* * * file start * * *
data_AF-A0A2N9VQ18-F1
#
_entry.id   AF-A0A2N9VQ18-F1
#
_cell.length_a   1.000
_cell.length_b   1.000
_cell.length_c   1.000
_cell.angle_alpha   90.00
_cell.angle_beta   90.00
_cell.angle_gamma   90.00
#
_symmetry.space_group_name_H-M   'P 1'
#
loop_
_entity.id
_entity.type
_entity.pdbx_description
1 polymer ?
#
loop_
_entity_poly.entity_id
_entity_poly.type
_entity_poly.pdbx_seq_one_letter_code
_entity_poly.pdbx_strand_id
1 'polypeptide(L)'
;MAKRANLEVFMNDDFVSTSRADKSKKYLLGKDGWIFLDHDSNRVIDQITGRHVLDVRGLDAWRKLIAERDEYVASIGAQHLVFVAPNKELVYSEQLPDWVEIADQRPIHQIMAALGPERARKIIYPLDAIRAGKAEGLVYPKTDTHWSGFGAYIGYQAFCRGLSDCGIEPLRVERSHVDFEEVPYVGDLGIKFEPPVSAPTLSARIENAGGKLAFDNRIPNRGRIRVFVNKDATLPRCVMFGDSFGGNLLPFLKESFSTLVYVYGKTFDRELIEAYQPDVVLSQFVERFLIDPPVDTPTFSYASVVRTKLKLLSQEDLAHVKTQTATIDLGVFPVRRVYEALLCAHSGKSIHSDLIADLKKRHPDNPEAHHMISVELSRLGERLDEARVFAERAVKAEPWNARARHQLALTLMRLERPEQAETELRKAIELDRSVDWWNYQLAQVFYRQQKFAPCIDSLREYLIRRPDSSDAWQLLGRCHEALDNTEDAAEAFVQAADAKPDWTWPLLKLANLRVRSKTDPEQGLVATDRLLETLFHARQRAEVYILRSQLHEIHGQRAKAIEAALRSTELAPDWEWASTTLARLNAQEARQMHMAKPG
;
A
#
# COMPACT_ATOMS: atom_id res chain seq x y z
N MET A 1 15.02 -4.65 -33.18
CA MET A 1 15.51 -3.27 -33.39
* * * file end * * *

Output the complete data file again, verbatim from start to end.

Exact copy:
data_AF-A0A2N9VQ18-F1
#
_entry.id   AF-A0A2N9VQ18-F1
#
_cell.length_a   1.000
_cell.length_b   1.000
_cell.length_c   1.000
_cell.angle_alpha   90.00
_cell.angle_beta   90.00
_cell.angle_gamma   90.00
#
_symmetry.space_group_name_H-M   'P 1'
#
loop_
_entity.id
_entity.type
_entity.pdbx_description
1 polymer ?
#
loop_
_entity_poly.entity_id
_entity_poly.type
_entity_poly.pdbx_seq_one_letter_code
_entity_poly.pdbx_strand_id
1 'polypeptide(L)'
;MAKRANLEVFMNDDFVSTSRADKSKKYLLGKDGWIFLDHDSNRVIDQITGRHVLDVRGLDAWRKLIAERDEYVASIGAQHLVFVAPNKELVYSEQLPDWVEIADQRPIHQIMAALGPERARKIIYPLDAIRAGKAEGLVYPKTDTHWSGFGAYIGYQAFCRGLSDCGIEPLRVERSHVDFEEVPYVGDLGIKFEPPVSAPTLSARIENAGGKLAFDNRIPNRGRIRVFVNKDATLPRCVMFGDSFGGNLLPFLKESFSTLVYVYGKTFDRELIEAYQPDVVLSQFVERFLIDPPVDTPTFSYASVVRTKLKLLSQEDLAHVKTQTATIDLGVFPVRRVYEALLCAHSGKSIHSDLIADLKKRHPDNPEAHHMISVELSRLGERLDEARVFAERAVKAEPWNARARHQLALTLMRLERPEQAETELRKAIELDRSVDWWNYQLAQVFYRQQKFAPCIDSLREYLIRRPDSSDAWQLLGRCHEALDNTEDAAEAFVQAADAKPDWTWPLLKLANLRVRSKTDPEQGLVATDRLLETLFHARQRAEVYILRSQLHEIHGQRAKAIEAALRSTELAPDWEWASTTLARLNAQEARQMHMAKPG
;
A
#
# COMPACT_ATOMS: atom_id res chain seq x y z
N MET A 1 15.02 -4.65 -33.18
CA MET A 1 15.51 -3.27 -33.39